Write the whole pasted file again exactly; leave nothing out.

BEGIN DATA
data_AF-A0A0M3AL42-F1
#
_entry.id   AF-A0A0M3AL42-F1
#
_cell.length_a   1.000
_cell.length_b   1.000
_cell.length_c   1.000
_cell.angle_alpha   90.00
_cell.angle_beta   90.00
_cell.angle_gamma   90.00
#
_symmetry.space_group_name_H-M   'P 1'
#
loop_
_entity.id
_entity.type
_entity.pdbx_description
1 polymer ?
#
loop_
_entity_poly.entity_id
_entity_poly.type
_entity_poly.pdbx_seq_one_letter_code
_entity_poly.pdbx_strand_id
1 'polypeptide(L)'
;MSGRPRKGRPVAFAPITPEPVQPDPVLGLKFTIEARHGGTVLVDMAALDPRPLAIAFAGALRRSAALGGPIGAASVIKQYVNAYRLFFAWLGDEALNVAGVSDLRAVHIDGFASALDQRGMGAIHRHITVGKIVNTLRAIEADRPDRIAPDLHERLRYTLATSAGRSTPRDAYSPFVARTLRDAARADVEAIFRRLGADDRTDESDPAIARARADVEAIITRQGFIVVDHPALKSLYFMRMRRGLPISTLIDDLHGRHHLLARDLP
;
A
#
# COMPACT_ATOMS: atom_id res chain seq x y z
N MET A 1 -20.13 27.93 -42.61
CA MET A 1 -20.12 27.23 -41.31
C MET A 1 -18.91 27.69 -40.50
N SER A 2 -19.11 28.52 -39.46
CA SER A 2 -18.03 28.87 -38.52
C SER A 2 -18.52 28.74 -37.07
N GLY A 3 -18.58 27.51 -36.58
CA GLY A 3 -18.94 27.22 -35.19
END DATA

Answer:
data_AF-A0A0M3AL42-F1
#
_entry.id   AF-A0A0M3AL42-F1
#
_cell.length_a   1.000
_cell.length_b   1.000
_cell.length_c   1.000
_cell.angle_alpha   90.00
_cell.angle_beta   90.00
_cell.angle_gamma   90.00
#
_symmetry.space_group_name_H-M   'P 1'
#
loop_
_entity.id
_entity.type
_entity.pdbx_description
1 polymer ?
#
loop_
_entity_poly.entity_id
_entity_poly.type
_entity_poly.pdbx_seq_one_letter_code
_entity_poly.pdbx_strand_id
1 'polypeptide(L)'
;MSGRPRKGRPVAFAPITPEPVQPDPVLGLKFTIEARHGGTVLVDMAALDPRPLAIAFAGALRRSAALGGPIGAASVIKQYVNAYRLFFAWLGDEALNVAGVSDLRAVHIDGFASALDQRGMGAIHRHITVGKIVNTLRAIEADRPDRIAPDLHERLRYTLATSAGRSTPRDAYSPFVARTLRDAARADVEAIFRRLGADDRTDESDPAIARARADVEAIITRQGFIVVDHPALKSLYFMRMRRGLPISTLIDDLHGRHHLLARDLP
;
A
#
# COMPACT_ATOMS: atom_id res chain seq x y z
N MET A 1 -20.13 27.93 -42.61
CA MET A 1 -20.12 27.23 -41.31
C MET A 1 -18.91 27.69 -40.50
N SER A 2 -19.11 28.52 -39.46
CA SER A 2 -18.03 28.87 -38.52
C SER A 2 -18.52 28.74 -37.07
N GLY A 3 -18.58 27.51 -36.58
CA GLY A 3 -18.94 27.22 -35.19